The Dodgers, who lost a seven-game World Series to Houston in 2017, were furious when no Astros players were punished for their role in an elaborate scheme in which the club used video to steal the signs of opposing catchers and relayed them to hitters by banging on trash cans or whistling.

Manager A.J. Hinch, general manager Jeff Luhnow and then-Astros bench coach Alex Cora lost their jobs, Cora getting fired by Boston for his involvement in the scandal in January 2020 after he managed the Red Sox in 2018 and 2019.

But Astros players were granted immunity in exchange for honest testimony during Major League Baseball’s investigation, and MLB did not strip the club of its only World Series title.

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“Everyone knows they stole the ring from us,” Dodgers center fielder Cody Bellinger said in the spring of 2020.

“It’s pretty evident to me that it wasn’t earned, and it’s not something that a banner should be hung at their stadium,” third baseman Justin Turner said.

When Bellinger suggested that Houston second baseman Jose Altuve stole the 2017 AL most valuable player award from New York Yankees slugger Aaron Judge, Astros shortstop Carlos Correa told Bellinger to “shut the f— up” because he was unfamiliar with the details of the Astros’ scheme.

But it was reliever Joe Kelly, who didn’t even play for the Dodgers in 2017, who seemed most offended by the Astros.

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Dodgers pitcher Joe Kelly gets into a verbal exchange with Houston’s Carlos Correa, prompting the benches to clear in the Dodgers’ 5-2 win over the Astros.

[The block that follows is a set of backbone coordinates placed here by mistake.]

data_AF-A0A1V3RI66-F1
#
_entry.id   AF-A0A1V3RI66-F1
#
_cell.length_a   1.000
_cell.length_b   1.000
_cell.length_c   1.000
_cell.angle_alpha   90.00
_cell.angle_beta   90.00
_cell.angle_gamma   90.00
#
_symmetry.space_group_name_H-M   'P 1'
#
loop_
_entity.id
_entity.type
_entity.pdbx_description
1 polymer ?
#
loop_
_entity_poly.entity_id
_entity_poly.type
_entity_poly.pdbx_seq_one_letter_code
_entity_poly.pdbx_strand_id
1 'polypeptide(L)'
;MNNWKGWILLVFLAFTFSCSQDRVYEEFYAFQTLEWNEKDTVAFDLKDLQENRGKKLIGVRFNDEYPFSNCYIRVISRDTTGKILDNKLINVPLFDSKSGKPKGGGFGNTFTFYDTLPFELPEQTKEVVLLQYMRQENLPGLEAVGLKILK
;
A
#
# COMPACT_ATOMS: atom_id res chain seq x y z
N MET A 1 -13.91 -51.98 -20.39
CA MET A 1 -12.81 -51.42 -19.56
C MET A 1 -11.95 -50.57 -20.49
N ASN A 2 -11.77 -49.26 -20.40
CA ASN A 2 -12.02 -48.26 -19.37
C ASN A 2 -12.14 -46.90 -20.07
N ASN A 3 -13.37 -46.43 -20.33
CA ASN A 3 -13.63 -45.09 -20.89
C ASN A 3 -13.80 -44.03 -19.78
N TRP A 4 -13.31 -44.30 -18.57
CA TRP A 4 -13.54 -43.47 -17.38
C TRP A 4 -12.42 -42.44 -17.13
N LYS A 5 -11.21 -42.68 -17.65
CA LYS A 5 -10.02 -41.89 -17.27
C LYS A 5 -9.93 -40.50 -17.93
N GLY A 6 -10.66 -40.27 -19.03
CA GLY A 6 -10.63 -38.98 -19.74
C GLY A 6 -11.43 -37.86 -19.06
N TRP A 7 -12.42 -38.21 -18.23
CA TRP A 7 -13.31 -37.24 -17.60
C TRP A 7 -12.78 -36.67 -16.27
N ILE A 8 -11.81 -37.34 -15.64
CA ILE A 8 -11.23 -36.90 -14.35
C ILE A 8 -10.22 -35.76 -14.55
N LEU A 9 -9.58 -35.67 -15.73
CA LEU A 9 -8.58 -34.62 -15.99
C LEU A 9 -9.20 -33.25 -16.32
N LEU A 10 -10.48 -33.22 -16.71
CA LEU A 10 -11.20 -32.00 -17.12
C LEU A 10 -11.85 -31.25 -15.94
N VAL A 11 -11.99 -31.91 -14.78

In the teams’ first meeting last season, in Minute Maid Park on July 28, Kelly threw a 96-mph fastball behind the head of Astros third baseman Alex Bregman on a 3-and-0 count. Three batters later, Kelly hurled an 87-mph curveball that narrowly missed Correa’s head.

After Correa struck out to end the inning, he and Kelly exchanged words. As Kelly walked off the field, he stuck his tongue out at Correa and scrunched his face into that of a pouting baby. The benches and bullpens emptied, but no punches were thrown.

“When you throw a 3-0 fastball over a guy’s head, now you’re flirting with ending his career,” Houston manager Dusty Baker fumed. “That’s playing dirty baseball.”

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There were no such incidents in the next five games, suggesting the animosity between players may have waned.

“I think it is more fan and media driven, which I totally understand,” Roberts said. “We played those guys last year at our place and their place, and the fans did not have that opportunity to express their support of the home team or disdain for the other team.”

The Astros have grown accustomed to the heckling, trash-can banging and snarky signs and chants in opposing parks, but they’re expecting some next-level condemnation in Dodger Stadium.

“Probably not good,” Baker said Sunday of the anticipated reception in Los Angeles. “It wasn’t bad here, but I’m sure it’s going to be a lot more hostile when we get to L.A., so just got to deal with it. You’re not really worried about it. You’ve just got to go out there and play ball.”

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On the ground floor of Dodger Stadium, inside a makeshift room set up for press briefings, a television relayed the joy emanating from the field outside.